Abuse: Signs of Gaslighting in an Emotionally Abusive Relationship

Abuse: Signs of Gaslighting in an Emotionally Abusive Relationship

By: Julia Taormina

An emotionally abusive relationship can sometimes go undetected, as there is no physical evidence of abuse. Thus, it is important to be aware of signs that can indicate you or someone you know is in an emotionally abusive relationship. One of the most unnoticed signs is gaslighting.

As defined by the National Domestic Violence Hotline, “gaslighting is an extremely effective form of emotional abuse that causes a victim to question their own feelings, instincts, and sanity, which gives the abusive partner a lot of power.” Gaslighting is typically gradual throughout the course of a relationship, making it easy to go unnoticed in the beginning stages. It can start out with small comments such as: “I don’t know what you’re talking about,” or “you’re too sensitive,” and leave you questioning yourself.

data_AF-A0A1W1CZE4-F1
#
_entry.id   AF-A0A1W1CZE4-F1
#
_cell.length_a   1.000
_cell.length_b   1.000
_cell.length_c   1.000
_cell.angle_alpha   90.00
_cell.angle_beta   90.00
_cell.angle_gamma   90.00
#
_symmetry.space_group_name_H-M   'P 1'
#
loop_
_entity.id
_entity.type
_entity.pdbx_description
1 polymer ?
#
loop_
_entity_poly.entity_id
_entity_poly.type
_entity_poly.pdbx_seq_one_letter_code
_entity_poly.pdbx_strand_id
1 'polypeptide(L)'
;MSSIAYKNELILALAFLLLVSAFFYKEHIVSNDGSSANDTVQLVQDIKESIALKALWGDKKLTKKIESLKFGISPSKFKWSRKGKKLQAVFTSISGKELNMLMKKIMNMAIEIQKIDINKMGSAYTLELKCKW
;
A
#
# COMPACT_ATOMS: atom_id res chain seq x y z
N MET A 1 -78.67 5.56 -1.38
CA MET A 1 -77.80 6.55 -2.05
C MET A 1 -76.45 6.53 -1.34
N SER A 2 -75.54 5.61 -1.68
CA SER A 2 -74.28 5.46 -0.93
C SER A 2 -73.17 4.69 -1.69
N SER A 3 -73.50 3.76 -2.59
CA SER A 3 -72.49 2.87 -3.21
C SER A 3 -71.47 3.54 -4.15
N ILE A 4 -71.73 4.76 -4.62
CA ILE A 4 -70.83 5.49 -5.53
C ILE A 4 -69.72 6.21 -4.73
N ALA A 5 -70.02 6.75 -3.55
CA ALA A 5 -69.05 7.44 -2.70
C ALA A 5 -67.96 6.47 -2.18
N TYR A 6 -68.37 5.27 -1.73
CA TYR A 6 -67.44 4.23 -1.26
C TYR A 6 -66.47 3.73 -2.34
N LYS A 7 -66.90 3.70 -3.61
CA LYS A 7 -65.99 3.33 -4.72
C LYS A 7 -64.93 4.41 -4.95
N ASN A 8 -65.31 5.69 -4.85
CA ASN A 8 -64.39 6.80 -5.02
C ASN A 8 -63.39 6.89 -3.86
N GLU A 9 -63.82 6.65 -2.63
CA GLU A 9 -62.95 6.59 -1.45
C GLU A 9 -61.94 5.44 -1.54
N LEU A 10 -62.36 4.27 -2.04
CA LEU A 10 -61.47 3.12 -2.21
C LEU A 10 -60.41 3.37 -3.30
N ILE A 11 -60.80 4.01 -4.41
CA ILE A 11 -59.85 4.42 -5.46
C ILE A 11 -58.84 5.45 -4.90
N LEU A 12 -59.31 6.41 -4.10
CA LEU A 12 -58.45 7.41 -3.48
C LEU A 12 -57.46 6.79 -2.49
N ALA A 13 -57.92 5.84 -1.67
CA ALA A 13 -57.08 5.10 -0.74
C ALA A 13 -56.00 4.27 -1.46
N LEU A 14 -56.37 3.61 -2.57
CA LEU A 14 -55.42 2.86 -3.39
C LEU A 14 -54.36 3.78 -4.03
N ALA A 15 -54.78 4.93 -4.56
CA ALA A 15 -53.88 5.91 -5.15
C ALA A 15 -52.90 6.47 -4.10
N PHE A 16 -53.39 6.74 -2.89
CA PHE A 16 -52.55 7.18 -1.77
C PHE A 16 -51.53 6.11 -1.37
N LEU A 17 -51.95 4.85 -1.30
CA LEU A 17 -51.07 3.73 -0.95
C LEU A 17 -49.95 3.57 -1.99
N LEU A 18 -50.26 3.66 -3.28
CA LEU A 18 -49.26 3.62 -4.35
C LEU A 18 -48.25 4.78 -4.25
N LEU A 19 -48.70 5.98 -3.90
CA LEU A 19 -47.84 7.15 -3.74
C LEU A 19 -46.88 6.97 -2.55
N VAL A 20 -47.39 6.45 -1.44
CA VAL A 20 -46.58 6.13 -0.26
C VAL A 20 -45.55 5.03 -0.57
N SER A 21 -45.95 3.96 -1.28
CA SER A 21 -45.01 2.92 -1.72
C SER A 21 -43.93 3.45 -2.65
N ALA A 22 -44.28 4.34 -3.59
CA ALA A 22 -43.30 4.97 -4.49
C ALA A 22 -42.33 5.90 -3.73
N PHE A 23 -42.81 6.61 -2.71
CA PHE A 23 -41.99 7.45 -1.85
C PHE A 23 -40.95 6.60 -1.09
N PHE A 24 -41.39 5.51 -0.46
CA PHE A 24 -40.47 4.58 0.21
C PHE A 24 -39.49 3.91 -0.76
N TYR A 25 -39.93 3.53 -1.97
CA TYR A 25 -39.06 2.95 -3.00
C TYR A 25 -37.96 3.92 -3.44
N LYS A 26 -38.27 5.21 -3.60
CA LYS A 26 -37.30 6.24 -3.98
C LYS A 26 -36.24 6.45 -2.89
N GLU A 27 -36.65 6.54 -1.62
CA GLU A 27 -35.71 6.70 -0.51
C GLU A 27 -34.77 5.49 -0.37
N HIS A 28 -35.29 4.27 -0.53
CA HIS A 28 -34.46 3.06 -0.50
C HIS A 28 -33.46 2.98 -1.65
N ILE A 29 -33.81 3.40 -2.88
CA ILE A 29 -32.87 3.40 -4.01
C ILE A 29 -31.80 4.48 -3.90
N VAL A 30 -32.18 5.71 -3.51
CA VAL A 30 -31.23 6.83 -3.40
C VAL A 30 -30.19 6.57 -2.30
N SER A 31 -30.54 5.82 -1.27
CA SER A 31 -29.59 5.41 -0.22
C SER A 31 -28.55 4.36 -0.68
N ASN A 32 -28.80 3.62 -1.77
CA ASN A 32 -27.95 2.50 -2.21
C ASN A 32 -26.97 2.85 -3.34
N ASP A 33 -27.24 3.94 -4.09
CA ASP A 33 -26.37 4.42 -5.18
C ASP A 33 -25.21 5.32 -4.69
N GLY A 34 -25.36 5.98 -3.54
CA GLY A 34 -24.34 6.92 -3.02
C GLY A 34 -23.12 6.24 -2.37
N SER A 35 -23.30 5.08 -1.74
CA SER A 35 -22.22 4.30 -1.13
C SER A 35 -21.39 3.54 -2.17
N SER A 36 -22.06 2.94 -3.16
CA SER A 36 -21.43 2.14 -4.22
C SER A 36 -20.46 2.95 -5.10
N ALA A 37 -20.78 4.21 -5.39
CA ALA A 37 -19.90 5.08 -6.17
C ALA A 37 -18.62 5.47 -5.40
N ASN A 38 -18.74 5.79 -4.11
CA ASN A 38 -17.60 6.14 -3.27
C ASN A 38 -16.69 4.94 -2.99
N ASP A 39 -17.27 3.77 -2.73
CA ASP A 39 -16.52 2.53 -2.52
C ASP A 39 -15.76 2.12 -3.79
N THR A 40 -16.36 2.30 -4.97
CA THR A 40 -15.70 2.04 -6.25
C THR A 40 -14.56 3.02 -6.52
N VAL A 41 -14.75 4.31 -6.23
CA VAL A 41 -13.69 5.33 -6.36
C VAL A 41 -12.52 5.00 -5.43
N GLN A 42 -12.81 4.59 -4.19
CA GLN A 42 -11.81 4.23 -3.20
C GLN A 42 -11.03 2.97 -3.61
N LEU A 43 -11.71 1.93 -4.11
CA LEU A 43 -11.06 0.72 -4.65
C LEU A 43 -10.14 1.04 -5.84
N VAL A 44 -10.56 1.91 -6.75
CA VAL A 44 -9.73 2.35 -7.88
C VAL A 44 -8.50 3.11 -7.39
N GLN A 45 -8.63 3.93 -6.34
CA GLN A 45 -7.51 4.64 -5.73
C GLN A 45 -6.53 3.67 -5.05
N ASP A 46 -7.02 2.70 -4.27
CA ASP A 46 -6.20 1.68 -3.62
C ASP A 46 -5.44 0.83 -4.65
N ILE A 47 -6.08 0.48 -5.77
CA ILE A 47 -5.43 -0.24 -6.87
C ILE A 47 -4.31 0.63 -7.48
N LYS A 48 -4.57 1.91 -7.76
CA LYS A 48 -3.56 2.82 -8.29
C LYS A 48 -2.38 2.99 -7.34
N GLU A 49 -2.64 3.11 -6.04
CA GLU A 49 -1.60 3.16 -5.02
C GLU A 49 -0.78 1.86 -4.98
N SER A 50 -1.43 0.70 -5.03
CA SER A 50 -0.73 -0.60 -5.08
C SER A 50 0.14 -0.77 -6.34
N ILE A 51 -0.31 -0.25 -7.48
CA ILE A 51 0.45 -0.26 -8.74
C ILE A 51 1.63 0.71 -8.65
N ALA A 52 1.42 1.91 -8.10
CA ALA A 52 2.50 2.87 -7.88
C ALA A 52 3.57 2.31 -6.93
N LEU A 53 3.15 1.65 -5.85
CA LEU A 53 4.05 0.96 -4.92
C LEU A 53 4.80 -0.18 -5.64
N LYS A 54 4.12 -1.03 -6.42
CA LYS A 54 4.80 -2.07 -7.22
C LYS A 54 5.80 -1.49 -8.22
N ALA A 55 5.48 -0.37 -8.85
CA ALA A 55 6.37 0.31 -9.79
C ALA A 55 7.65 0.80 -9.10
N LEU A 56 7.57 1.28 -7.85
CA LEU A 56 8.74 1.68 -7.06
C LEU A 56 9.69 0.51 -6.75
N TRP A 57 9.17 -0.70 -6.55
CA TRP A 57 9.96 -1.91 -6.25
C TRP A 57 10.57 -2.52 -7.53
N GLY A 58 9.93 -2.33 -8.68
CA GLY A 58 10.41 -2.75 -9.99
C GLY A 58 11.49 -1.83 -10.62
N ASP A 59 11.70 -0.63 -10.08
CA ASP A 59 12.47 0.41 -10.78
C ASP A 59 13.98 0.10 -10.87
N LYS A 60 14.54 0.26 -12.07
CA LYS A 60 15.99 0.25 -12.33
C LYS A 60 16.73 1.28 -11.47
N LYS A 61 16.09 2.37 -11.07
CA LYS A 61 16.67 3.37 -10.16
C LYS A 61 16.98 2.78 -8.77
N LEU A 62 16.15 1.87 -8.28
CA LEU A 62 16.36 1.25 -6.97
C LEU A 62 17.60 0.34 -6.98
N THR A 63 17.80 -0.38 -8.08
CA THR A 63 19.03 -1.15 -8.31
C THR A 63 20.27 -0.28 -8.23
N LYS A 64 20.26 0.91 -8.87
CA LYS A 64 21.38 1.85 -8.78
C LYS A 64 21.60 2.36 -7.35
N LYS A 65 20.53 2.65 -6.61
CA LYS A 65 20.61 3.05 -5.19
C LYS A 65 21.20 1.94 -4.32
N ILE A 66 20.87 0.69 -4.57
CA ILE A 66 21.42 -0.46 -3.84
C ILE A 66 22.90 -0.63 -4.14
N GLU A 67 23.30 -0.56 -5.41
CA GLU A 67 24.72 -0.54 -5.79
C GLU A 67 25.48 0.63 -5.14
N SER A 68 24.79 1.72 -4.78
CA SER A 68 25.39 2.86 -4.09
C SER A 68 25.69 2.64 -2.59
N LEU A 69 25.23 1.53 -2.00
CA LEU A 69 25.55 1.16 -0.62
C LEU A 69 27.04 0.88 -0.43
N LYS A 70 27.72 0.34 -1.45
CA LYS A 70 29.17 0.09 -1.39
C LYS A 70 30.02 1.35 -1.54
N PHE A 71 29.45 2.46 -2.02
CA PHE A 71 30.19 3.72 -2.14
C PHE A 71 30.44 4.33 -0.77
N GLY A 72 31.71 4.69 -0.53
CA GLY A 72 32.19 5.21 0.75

Listed below are multiple gaslighting techniques an abusive partner may use:

  • Withholding: pretends not to understand or refuse to listen
  • Countering: questions the victim’s memory of events
  • Blocking / Diverting: changes the subject or questions the victim’s thoughts
  • Trivializing: makes the victim’s feelings appear unimportant

Throughout the gaslighting techniques, there is a consistent theme of an abusive partner invalidating the victim as a whole. The victim may find they are constantly second-guessing themselves, feel as if they are going crazy, constantly make excuses for their partners’ behaviors, cannot do anything right, and overall feel that something is wrong in the relationship but cannot quite put it into words. If you feel any of these may apply to your relationship, you are not alone.